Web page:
Congo

Author: David Van Reybrouck
Publisher: Ecco
ISBN: 9780062200129
Format: PDF, ePub
Download Now
From the beginnings of the slave trade through colonization, the struggle for independence, Mobutu's brutal three decades of rule, and the civil war that has raged from 1996 to the present day, Congo: The Epic History of a People traces the history of one of the most devastated nations in the world. Esteemed scholar David Van Reybrouck balances hundreds of interviews with a diverse range of Congolese with meticulous historical research to construct a multidimensional portrait of a nation and its people. Epic in scope yet eminently readable, both penetrating and deeply moving, Congo—a finalist for the Cundill Prize—takes a deeply humane approach to political history, focusing squarely on the Congolese perspective, and returns a nation's history to its people.

Congo

Author: David van Reybrouck
Publisher: Fourth Estate
ISBN: 9780007562930
Format: PDF, Kindle
Download Now
Hailed as 'a monumental history ... more exciting than any novel' (NRC Handelsblad), David van Reybrouck's rich and gripping epic, in the tradition of Robert Hughes's 'The Fatal Shore', tells the extraordinary story of one of the world's most devastated countries: the Democratic Republic of Congo.

Congo

Author: David van Reybrouck
Publisher: HarperCollins UK
ISBN: 0007562926
Format: PDF, Mobi
Download Now
Epic yet eminently readable, penetrating and profoundly moving, ‘Congo’ traces the fate of one of the world's most devastated countries, second only to war-torn Somalia: the Democratic Republic of Congo.

Stringer

Author: Anjan Sundaram
Publisher: Vintage
ISBN: 038553776X
Format: PDF, Docs
Download Now
In the powerful travel-writing tradition of Ryszard Kapuscinski and V.S. Naipaul, a haunting memoir of a dangerous and disorienting year of self-discovery in one of the world's unhappiest countries.

Dancing in the Glory of Monsters

Author: Jason Stearns
Publisher: PublicAffairs
ISBN: 1610391594
Format: PDF, Kindle
Download Now
At the heart of Africa is Congo, a country the size of Western Europe, bordering nine other nations, that since 1996 has been wracked by a brutal and unstaunchable war in which millions have died. And yet, despite its epic proportions, it has received little sustained media attention. In this deeply reported book, Jason Stearns vividly tells the story of this misunderstood conflict through the experiences of those who engineered and perpetrated it. He depicts village pastors who survived massacres, the child soldier assassin of President Kabila, a female Hutu activist who relives the hunting and methodical extermination of fellow refugees, and key architects of the war that became as great a disaster as--and was a direct consequence of--the genocide in neighboring Rwanda. Through their stories, he tries to understand why such mass violence made sense, and why stability has been so elusive. Through their voices, and an astonishing wealth of knowledge and research, Stearns chronicles the political, social, and moral decay of the Congolese State.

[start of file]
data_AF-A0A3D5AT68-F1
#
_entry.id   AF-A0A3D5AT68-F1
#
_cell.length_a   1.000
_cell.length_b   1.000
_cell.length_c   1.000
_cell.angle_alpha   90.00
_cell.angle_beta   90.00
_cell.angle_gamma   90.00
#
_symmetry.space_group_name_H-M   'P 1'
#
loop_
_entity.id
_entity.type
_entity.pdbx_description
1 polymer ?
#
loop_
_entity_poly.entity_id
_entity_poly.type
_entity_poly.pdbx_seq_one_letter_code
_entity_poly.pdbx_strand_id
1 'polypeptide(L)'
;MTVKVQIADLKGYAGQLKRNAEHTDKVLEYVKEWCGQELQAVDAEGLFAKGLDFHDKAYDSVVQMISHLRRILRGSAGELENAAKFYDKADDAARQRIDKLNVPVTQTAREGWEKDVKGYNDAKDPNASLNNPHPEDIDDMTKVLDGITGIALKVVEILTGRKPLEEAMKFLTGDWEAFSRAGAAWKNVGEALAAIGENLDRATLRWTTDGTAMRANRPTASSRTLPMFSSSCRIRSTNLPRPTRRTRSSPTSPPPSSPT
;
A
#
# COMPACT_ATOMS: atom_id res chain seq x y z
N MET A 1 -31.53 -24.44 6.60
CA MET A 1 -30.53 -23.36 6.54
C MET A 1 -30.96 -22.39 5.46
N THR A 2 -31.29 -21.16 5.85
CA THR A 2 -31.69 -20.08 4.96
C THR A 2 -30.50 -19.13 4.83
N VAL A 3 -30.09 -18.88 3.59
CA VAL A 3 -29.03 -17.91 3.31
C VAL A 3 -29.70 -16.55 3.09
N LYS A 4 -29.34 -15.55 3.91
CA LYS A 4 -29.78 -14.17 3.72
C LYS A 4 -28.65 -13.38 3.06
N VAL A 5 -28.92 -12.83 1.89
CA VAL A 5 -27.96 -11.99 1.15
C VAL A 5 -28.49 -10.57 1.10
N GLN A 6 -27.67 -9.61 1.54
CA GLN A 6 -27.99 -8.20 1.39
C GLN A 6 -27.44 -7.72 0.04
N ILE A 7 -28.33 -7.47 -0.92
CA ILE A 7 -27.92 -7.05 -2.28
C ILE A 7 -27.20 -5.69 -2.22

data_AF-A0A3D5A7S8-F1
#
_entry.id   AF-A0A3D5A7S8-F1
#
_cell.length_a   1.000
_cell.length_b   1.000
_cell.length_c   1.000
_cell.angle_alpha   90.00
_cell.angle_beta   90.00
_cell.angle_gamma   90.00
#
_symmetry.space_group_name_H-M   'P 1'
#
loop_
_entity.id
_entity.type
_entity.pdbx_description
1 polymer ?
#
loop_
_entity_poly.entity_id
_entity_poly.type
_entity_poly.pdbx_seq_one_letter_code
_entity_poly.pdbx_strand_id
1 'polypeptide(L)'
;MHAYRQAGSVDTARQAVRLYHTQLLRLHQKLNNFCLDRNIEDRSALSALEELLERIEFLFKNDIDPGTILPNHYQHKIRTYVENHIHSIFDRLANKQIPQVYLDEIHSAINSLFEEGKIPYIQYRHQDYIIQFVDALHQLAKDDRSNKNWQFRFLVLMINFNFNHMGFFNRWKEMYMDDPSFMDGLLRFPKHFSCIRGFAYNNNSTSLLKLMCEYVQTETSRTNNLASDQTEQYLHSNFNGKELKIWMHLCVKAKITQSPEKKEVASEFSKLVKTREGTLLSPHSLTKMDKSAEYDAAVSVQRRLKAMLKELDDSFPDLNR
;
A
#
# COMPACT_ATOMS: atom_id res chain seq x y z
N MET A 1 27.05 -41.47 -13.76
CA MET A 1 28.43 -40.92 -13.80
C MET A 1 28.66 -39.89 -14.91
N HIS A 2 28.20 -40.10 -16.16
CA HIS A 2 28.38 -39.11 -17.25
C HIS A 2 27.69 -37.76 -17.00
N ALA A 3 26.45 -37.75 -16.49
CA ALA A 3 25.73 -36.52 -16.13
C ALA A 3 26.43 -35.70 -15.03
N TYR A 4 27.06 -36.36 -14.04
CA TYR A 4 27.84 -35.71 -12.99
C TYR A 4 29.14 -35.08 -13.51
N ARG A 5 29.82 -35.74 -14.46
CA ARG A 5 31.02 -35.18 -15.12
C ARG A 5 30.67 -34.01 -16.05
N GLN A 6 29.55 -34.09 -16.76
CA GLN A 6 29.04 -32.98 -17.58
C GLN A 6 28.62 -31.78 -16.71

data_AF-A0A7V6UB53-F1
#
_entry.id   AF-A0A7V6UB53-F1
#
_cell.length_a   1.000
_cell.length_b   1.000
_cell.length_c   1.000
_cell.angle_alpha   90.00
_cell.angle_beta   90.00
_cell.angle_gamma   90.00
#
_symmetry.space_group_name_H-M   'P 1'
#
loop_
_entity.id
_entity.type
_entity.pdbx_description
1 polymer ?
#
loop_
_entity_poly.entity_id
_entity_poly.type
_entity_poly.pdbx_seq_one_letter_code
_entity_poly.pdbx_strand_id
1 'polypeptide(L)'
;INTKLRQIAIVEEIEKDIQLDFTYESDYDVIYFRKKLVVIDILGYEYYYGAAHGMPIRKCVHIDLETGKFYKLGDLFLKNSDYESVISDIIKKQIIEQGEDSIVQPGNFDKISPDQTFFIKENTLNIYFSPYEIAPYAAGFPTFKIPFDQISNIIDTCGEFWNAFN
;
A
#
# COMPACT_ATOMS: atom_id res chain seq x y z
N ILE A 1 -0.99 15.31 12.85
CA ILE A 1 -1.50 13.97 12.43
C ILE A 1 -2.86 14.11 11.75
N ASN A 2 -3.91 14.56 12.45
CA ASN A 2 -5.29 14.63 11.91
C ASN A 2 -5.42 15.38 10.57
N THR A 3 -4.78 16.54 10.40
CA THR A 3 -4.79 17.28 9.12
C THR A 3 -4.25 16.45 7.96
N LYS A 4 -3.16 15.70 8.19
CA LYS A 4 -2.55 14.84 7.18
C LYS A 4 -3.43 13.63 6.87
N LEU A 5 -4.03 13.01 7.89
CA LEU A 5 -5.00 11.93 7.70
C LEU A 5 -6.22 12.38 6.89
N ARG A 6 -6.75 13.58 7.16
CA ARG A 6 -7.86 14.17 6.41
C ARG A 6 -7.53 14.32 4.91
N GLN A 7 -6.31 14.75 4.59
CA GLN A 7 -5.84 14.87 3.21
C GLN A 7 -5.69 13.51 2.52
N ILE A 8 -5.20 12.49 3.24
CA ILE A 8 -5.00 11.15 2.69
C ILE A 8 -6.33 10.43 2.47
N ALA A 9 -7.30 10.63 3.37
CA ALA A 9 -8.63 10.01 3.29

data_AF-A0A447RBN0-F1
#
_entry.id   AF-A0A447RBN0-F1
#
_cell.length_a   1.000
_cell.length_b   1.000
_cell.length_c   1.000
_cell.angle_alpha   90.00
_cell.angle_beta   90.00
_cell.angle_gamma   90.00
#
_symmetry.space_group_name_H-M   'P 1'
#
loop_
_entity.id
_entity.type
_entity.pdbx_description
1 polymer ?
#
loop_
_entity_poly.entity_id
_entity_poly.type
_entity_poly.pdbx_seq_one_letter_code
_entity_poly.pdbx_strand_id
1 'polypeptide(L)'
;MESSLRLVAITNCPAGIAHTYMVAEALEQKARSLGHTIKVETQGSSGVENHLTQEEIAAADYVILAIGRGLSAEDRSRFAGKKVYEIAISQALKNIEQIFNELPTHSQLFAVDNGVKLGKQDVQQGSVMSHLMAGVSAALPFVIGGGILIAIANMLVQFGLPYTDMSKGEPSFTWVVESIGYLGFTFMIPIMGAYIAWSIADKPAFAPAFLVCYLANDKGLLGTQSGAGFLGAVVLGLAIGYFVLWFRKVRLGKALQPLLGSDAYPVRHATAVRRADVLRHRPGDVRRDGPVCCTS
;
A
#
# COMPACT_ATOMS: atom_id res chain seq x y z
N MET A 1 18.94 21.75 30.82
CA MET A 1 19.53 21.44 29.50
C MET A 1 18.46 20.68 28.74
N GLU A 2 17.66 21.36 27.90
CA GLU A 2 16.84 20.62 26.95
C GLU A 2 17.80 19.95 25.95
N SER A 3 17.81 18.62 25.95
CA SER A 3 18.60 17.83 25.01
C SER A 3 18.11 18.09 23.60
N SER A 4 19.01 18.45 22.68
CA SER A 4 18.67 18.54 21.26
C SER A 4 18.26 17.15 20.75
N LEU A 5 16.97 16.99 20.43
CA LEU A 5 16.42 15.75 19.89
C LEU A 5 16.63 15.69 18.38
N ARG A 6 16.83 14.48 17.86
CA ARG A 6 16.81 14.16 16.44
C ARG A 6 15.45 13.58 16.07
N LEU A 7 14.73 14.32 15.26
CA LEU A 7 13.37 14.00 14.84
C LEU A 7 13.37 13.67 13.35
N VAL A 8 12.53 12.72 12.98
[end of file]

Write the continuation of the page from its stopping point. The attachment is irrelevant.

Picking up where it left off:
King Leopold s Ghost

Author: Adam Hochschild
Publisher: Houghton Mifflin Harcourt
ISBN: 9780547525730
Format: PDF, ePub
Download Now
In the 1880s, as the European powers were carving up Africa, King Leopold II of Belgium seized for himself the vast and mostly unexplored territory surrounding the Congo River. Carrying out a genocidal plundering of the Congo, he looted its rubber, brutalized its people, and ultimately slashed its population by ten million—all the while shrewdly cultivating his reputation as a great humanitarian. Heroic efforts to expose these crimes eventually led to the first great human rights movement of the twentieth century, in which everyone from Mark Twain to the Archbishop of Canterbury participated. King Leopold's Ghost is the haunting account of a megalomaniac of monstrous proportions, a man as cunning, charming, and cruel as any of the great Shakespearean villains. It is also the deeply moving portrait of those who fought Leopold: a brave handful of missionaries, travelers, and young idealists who went to Africa for work or adventure and unexpectedly found themselves witnesses to a holocaust. Adam Hochschild brings this largely untold story alive with the wit and skill of a Barbara Tuchman. Like her, he knows that history often provides a far richer cast of characters than any novelist could invent. Chief among them is Edmund Morel, a young British shipping agent who went on to lead the international crusade against Leopold. Another hero of this tale, the Irish patriot Roger Casement, ended his life on a London gallows. Two courageous black Americans, George Washington Williams and William Sheppard, risked much to bring evidence of the Congo atrocities to the outside world. Sailing into the middle of the story was a young Congo River steamboat officer named Joseph Conrad. And looming above them all, the duplicitous billionaire King Leopold II. With great power and compassion, King Leopold's Ghost will brand the tragedy of the Congo—too long forgotten—onto the conscience of the West.

Africa s World War

Author: Gerard Prunier
Publisher: Oxford University Press
ISBN: 9780199743995
Format: PDF
Download Now